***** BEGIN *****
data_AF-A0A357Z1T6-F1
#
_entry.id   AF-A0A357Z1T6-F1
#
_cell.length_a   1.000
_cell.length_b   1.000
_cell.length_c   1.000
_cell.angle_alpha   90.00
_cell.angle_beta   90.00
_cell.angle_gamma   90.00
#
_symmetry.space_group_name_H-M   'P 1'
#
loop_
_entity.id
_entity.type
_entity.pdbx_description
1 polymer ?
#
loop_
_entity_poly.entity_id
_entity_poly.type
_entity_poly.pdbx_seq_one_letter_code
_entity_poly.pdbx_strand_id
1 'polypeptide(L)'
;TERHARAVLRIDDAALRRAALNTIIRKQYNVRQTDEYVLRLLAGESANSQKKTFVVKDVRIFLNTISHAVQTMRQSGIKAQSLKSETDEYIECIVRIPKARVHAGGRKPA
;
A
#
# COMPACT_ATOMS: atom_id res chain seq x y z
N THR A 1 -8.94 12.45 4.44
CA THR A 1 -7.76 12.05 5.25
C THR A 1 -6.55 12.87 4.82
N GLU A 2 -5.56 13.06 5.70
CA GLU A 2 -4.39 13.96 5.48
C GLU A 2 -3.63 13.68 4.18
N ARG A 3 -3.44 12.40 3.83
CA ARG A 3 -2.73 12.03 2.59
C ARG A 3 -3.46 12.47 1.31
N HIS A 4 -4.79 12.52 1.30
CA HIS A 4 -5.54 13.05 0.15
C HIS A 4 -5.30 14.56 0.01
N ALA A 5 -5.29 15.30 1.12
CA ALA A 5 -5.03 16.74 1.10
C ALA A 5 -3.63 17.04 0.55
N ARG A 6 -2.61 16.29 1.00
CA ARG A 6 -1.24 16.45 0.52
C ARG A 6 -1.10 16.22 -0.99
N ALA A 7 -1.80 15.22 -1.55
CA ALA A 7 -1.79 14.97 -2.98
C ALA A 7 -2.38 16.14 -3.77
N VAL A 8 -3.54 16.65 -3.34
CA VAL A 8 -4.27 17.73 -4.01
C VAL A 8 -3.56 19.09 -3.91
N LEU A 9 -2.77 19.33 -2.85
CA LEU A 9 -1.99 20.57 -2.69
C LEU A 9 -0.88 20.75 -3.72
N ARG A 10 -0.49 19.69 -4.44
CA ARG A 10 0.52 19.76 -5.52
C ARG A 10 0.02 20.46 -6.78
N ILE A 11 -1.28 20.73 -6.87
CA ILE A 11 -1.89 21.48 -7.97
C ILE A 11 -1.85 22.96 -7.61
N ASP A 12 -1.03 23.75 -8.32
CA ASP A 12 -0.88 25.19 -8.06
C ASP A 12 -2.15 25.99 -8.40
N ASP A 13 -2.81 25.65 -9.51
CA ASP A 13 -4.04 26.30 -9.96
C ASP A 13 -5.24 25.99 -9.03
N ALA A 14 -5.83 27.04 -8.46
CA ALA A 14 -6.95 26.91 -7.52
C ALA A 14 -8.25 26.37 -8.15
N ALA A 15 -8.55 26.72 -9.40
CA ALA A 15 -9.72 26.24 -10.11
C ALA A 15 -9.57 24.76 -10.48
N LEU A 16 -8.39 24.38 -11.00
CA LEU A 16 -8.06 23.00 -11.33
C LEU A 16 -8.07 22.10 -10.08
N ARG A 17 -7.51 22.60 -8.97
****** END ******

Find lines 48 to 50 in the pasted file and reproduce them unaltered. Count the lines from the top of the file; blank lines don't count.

C ARG A 6 -1.10 16.22 -0.99
N ALA A 7 -1.80 15.22 -1.55
CA ALA A 7 -1.79 14.97 -2.98